Early 1800s to Mid-1800s

Historical Boundary

of the 

Harlem African Burial Ground

Historical Boundary

of God's Acre, Cemetery for Persons of European Descent

1820 John Randel Farm Map (MCNY)



From the beginning, the Low Dutch Reformed Church of Harlem maintained two cemeteries: one for people of European descent and one for people of African descent. The Harlem River was wider than it is today and the river side of the Harlem African Burial Ground was located on marshy land that joined the wide tidal zone. Outside the village, the wealthiest members of the community maintained large properties and estates. One of these families, the Ingraham family, were prominent members of the Harlem Church going back four generations. Judge Ingraham was an elder in the Church, a member of the Church's governing body. Beginning in the 1830s, he leased the “Negro burying ground” from the Church as grazing land for his sheep and cattle, thereby beginning a long tradition of disrespect for this sacred site: funerals and burials took place as farm animals wandered on the cemetery.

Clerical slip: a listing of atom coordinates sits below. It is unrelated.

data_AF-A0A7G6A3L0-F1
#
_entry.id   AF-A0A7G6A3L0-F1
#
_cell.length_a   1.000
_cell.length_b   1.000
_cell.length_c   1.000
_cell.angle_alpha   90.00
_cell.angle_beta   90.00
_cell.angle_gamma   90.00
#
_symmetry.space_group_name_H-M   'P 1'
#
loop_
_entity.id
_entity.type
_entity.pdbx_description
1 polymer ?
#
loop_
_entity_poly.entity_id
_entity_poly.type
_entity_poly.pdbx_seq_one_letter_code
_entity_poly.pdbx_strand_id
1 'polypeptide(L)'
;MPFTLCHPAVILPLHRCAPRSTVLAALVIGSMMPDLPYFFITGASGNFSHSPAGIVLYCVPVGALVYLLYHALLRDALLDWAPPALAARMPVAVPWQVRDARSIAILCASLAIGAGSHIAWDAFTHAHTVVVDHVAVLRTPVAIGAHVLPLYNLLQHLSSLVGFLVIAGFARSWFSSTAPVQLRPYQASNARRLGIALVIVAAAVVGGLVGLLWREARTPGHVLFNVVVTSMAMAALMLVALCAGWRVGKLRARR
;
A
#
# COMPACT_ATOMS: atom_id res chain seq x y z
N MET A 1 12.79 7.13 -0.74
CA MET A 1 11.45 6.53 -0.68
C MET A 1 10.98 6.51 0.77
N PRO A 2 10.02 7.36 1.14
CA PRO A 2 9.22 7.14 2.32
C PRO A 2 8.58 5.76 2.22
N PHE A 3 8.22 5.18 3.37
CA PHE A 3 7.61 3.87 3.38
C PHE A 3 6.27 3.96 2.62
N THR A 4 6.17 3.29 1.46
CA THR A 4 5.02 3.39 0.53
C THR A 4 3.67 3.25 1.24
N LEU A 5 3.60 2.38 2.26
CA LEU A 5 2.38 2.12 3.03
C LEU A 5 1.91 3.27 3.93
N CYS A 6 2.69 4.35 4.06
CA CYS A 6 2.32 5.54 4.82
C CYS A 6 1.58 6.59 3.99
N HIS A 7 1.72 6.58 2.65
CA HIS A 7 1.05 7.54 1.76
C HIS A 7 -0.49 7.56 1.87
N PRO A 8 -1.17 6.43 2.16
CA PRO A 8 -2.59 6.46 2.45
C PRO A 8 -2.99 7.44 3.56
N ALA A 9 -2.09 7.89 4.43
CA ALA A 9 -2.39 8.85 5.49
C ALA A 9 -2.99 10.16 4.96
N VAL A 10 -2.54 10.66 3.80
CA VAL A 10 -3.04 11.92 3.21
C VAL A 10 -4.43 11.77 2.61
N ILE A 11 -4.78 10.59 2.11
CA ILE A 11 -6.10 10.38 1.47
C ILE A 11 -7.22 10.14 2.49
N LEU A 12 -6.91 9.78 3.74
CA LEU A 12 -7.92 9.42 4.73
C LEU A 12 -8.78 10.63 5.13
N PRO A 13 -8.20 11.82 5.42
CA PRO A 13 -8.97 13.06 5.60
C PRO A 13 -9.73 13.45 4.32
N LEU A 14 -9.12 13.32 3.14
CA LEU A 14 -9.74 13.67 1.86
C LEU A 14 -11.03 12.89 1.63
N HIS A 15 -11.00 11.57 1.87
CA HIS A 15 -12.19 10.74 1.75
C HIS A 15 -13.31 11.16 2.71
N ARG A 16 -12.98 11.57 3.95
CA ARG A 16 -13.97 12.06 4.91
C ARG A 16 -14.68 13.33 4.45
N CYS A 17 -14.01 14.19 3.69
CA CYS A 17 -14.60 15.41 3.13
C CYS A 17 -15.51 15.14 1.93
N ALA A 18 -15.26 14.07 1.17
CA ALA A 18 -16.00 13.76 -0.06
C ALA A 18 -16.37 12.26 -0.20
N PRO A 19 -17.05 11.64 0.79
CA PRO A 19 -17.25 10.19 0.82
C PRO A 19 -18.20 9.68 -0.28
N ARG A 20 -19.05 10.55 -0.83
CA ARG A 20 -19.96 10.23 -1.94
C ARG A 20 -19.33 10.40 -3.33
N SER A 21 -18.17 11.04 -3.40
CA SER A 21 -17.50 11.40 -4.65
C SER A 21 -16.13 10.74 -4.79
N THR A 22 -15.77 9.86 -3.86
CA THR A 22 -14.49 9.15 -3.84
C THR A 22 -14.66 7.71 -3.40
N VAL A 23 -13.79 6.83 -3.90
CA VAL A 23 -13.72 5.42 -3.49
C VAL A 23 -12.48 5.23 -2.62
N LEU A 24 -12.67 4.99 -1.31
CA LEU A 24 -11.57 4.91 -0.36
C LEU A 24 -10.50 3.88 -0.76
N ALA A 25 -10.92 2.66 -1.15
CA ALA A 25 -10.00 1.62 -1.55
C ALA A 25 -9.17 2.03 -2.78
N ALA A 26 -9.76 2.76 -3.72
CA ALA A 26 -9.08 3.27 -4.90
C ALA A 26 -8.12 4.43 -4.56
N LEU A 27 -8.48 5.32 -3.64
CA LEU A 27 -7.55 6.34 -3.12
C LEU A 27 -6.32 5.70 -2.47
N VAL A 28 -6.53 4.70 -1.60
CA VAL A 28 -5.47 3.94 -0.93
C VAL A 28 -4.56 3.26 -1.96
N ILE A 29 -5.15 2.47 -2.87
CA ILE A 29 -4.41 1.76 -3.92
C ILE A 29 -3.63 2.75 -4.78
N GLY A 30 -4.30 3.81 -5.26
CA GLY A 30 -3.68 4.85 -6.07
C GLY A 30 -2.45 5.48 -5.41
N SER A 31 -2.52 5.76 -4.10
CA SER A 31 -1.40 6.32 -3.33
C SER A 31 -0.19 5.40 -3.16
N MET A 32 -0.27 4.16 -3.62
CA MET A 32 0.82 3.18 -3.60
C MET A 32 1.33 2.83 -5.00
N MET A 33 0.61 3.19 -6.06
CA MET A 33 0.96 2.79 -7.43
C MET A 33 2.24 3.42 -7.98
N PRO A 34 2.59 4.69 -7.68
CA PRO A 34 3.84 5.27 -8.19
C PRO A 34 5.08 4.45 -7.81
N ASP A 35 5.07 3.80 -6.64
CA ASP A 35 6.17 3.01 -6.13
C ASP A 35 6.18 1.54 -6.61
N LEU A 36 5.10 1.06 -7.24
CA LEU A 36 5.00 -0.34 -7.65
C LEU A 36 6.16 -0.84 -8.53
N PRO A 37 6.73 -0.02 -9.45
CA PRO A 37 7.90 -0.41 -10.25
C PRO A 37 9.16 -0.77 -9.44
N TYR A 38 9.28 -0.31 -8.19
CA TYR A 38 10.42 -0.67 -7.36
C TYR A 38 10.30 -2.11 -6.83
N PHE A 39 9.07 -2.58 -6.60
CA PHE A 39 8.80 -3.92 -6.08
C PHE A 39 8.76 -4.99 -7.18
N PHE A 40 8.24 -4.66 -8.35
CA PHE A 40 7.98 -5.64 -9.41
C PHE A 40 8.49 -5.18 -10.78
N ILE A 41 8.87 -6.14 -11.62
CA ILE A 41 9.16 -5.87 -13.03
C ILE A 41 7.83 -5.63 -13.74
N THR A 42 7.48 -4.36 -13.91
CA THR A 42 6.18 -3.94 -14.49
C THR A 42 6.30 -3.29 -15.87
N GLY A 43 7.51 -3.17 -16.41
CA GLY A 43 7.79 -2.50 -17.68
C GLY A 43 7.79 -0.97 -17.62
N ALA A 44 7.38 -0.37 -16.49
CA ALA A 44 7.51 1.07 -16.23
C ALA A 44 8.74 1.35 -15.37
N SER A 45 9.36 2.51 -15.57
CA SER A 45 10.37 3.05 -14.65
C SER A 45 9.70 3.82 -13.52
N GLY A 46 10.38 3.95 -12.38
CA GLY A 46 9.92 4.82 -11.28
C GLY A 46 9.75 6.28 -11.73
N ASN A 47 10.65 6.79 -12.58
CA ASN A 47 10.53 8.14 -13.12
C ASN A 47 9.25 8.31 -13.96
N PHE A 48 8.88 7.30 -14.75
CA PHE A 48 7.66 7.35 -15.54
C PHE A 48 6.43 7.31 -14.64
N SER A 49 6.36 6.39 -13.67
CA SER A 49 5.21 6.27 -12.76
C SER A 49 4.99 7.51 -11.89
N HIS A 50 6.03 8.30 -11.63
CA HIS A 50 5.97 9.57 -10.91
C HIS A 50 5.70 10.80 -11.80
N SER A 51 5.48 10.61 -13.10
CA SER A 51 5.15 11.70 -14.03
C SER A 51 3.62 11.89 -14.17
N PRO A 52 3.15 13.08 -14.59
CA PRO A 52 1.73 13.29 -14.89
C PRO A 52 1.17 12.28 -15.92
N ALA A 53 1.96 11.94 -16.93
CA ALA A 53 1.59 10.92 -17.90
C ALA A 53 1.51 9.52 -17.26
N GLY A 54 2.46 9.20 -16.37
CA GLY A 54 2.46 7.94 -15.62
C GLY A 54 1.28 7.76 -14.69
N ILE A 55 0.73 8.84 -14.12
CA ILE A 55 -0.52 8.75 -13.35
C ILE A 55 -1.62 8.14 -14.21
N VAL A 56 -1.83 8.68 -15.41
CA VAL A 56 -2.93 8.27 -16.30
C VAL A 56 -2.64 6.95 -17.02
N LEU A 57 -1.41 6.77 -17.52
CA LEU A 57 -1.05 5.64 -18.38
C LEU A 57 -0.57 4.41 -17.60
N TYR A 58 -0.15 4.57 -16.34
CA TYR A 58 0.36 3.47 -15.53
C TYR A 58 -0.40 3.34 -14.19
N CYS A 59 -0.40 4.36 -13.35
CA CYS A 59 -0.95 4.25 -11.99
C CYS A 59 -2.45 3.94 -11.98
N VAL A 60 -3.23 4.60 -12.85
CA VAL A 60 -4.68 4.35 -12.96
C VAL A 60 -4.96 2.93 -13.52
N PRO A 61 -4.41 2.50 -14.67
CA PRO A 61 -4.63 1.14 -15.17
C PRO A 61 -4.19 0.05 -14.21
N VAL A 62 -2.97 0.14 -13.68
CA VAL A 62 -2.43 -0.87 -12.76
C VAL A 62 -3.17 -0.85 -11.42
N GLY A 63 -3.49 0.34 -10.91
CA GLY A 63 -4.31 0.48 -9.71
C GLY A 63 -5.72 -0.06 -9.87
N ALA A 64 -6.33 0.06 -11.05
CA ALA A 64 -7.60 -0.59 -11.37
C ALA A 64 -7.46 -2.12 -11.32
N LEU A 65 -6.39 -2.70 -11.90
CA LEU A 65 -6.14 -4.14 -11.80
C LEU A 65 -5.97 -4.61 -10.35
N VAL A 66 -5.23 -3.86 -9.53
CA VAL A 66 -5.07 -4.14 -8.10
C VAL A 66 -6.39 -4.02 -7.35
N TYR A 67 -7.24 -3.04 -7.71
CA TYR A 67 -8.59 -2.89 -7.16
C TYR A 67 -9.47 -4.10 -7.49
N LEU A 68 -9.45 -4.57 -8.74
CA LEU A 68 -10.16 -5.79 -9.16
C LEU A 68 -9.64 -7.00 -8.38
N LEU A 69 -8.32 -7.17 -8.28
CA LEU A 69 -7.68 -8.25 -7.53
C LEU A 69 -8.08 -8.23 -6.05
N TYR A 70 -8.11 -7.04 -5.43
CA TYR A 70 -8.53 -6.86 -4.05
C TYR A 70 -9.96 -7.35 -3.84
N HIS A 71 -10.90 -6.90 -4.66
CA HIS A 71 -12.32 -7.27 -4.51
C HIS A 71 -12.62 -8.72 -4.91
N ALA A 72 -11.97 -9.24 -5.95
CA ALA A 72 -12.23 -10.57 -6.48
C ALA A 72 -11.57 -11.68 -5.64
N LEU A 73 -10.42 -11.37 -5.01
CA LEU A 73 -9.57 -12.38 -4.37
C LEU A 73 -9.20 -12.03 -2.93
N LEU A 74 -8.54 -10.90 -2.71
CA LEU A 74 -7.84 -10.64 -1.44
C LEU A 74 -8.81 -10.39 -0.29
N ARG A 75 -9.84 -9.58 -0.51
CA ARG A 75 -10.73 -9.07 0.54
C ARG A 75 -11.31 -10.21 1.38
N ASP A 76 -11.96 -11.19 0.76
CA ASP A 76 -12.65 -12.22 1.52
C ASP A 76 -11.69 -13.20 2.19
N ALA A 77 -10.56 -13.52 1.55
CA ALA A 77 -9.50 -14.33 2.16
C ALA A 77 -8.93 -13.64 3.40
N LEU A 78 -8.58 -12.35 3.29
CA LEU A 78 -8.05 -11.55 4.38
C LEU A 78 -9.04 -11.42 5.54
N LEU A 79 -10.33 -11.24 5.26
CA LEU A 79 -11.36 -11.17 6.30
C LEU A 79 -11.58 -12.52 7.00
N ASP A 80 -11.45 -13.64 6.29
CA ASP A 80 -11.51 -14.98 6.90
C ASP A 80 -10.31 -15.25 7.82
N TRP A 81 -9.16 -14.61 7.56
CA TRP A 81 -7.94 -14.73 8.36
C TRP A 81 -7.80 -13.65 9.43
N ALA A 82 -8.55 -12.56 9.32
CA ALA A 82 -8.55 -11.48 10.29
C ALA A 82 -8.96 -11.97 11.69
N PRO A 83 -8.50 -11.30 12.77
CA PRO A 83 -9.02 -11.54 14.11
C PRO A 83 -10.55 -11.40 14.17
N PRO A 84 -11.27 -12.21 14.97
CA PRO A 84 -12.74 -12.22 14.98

View of the second church of the Low Dutch Reformed Church, the founding church of Harlem village.


The slider below shows the transformation of the village of Harlem from farmland to the present day streetscape of East Harlem. The 126th Street Bus Depot redevelopment site is highlighted in red and is overlaid with the historical footprint of the Harlem African Burial Ground in orange.


The Harlem African Burial Ground Task Force is a group of concerned citizens who have united to help the Elmendorf Reformed Church to restore and memorialize its historically and culturally significant colonial African burial ground at 1st Avenue, between 126th and 127th Streets in East Harlem, New York City.